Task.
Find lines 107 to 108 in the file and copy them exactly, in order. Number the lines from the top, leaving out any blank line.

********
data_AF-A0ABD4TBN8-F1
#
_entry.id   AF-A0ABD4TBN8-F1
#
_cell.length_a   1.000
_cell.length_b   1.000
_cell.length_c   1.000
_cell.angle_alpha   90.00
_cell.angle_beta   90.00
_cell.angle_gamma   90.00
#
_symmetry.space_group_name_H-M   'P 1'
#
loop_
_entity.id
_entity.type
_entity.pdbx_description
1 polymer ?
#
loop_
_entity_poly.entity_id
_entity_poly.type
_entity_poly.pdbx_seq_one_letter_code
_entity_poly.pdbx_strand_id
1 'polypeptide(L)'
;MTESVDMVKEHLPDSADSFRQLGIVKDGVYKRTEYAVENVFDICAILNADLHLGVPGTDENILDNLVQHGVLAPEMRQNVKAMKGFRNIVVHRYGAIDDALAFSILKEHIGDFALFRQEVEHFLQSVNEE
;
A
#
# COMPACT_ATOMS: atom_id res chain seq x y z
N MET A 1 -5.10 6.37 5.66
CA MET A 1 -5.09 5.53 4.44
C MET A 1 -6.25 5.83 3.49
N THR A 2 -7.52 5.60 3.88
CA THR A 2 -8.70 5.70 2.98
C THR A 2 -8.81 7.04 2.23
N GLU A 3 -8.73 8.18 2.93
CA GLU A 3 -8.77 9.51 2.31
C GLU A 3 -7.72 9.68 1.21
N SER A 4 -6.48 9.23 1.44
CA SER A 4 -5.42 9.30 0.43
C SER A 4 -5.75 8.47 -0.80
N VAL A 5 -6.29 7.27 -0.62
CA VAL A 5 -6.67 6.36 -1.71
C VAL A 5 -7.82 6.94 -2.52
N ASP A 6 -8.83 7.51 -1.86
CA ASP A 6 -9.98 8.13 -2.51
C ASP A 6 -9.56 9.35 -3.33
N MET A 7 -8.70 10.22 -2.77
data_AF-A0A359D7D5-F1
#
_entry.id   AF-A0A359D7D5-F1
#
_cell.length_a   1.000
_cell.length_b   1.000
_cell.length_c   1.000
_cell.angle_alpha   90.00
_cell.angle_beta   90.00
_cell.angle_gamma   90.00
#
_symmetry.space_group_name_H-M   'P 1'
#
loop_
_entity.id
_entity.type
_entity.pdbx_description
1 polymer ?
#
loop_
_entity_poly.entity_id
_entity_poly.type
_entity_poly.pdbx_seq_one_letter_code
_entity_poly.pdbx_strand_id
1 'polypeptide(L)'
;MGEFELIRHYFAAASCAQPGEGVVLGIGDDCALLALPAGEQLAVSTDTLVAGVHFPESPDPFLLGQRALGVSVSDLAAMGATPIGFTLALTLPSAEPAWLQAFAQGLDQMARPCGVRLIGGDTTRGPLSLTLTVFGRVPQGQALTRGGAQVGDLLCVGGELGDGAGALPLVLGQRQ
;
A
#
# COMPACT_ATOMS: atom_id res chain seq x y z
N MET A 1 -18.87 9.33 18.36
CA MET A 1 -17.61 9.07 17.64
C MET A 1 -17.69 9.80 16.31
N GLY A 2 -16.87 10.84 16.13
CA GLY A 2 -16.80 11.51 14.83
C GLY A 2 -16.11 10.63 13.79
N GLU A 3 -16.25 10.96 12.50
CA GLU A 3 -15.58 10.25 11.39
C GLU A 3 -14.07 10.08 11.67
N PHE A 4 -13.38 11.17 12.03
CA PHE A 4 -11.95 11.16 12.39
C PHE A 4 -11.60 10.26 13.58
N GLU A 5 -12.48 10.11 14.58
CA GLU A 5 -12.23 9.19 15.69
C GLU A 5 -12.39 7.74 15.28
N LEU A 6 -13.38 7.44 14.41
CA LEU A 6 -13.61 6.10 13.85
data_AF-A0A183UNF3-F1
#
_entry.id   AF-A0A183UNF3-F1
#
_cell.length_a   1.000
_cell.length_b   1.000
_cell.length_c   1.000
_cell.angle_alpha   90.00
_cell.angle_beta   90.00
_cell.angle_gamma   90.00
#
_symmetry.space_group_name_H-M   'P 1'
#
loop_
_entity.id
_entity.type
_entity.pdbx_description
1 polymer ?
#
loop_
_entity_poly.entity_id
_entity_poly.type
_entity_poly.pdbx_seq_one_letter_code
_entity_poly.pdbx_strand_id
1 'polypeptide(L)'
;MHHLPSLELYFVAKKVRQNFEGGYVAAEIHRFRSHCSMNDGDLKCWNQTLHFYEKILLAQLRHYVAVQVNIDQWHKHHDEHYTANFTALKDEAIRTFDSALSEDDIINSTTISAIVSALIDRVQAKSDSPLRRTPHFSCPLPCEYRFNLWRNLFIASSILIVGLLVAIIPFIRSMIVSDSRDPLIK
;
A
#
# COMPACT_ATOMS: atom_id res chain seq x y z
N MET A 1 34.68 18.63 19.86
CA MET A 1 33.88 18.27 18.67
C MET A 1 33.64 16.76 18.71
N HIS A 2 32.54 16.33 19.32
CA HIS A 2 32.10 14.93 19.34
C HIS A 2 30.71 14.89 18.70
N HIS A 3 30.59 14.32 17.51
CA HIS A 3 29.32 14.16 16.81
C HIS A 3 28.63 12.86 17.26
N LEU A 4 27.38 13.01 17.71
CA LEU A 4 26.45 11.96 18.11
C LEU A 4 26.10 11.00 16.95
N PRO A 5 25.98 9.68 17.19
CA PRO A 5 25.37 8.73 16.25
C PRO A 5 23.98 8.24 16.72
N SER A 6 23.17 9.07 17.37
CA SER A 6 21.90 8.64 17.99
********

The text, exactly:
#
_symmetry.space_group_name_H-M   'P 1'